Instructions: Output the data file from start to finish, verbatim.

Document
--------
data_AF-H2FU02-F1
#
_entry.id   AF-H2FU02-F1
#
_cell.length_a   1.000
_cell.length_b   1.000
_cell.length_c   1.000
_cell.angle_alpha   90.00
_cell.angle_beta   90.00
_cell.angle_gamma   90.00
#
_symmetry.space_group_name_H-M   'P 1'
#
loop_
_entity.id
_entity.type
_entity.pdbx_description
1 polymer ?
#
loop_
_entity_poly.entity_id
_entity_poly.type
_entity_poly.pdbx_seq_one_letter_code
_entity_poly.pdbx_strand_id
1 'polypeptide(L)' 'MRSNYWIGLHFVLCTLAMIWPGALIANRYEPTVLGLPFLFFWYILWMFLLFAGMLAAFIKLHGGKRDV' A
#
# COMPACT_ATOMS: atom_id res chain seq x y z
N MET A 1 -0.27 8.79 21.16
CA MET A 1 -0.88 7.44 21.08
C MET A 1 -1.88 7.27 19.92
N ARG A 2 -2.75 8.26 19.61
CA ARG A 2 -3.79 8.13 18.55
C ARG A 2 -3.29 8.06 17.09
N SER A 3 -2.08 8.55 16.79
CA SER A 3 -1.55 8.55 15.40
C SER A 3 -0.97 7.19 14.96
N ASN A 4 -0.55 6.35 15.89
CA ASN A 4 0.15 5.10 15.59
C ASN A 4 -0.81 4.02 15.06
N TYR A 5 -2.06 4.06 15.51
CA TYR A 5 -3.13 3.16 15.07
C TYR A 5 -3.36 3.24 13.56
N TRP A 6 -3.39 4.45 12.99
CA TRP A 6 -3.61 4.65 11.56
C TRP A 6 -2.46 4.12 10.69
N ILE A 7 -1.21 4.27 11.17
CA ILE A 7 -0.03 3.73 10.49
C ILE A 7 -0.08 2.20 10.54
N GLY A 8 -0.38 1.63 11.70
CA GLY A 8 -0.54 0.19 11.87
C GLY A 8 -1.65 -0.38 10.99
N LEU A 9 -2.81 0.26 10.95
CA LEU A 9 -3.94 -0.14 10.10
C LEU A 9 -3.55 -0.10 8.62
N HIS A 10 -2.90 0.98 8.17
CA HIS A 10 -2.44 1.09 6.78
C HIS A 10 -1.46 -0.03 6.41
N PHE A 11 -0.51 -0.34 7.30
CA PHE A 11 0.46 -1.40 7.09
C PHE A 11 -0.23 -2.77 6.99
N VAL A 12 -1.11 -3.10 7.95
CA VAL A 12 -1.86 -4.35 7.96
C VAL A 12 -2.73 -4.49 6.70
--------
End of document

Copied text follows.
data_AF-H2FU02-F1
#
_entry.id   AF-H2FU02-F1
#
_cell.length_a   1.000
_cell.length_b   1.000
_cell.length_c   1.000
_cell.angle_alpha   90.00
_cell.angle_beta   90.00
_cell.angle_gamma   90.00
#
_symmetry.space_group_name_H-M   'P 1'
#
loop_
_entity.id
_entity.type
_entity.pdbx_description
1 polymer ?
#
loop_
_entity_poly.entity_id
_entity_poly.type
_entity_poly.pdbx_seq_one_letter_code
_entity_poly.pdbx_strand_id
1 'polypeptide(L)' 'MRSNYWIGLHFVLCTLAMIWPGALIANRYEPTVLGLPFLFFWYILWMFLLFAGMLAAFIKLHGGKRDV' A
#
# COMPACT_ATOMS: atom_id res chain seq x y z
N MET A 1 -0.27 8.79 21.16
CA MET A 1 -0.88 7.44 21.08
C MET A 1 -1.88 7.27 19.92
N ARG A 2 -2.75 8.26 19.61
CA ARG A 2 -3.79 8.13 18.55
C ARG A 2 -3.29 8.06 17.09
N SER A 3 -2.08 8.55 16.79
CA SER A 3 -1.55 8.55 15.40
C SER A 3 -0.97 7.19 14.96
N ASN A 4 -0.55 6.35 15.89
CA ASN A 4 0.15 5.10 15.59
C ASN A 4 -0.81 4.02 15.06
N TYR A 5 -2.06 4.06 15.51
CA TYR A 5 -3.13 3.16 15.07
C TYR A 5 -3.36 3.24 13.56
N TRP A 6 -3.39 4.45 12.99
CA TRP A 6 -3.61 4.65 11.56
C TRP A 6 -2.46 4.12 10.69
N ILE A 7 -1.21 4.27 11.17
CA ILE A 7 -0.03 3.73 10.49
C ILE A 7 -0.08 2.20 10.54
N GLY A 8 -0.38 1.63 11.70
CA GLY A 8 -0.54 0.19 11.87
C GLY A 8 -1.65 -0.38 10.99
N LEU A 9 -2.81 0.26 10.95
CA LEU A 9 -3.94 -0.14 10.10
C LEU A 9 -3.55 -0.10 8.62
N HIS A 10 -2.90 0.98 8.17
CA HIS A 10 -2.44 1.09 6.78
C HIS A 10 -1.46 -0.03 6.41
N PHE A 11 -0.51 -0.34 7.30
CA PHE A 11 0.46 -1.40 7.09
C PHE A 11 -0.23 -2.77 6.99
N VAL A 12 -1.11 -3.10 7.95
CA VAL A 12 -1.86 -4.35 7.96
C VAL A 12 -2.73 -4.49 6.70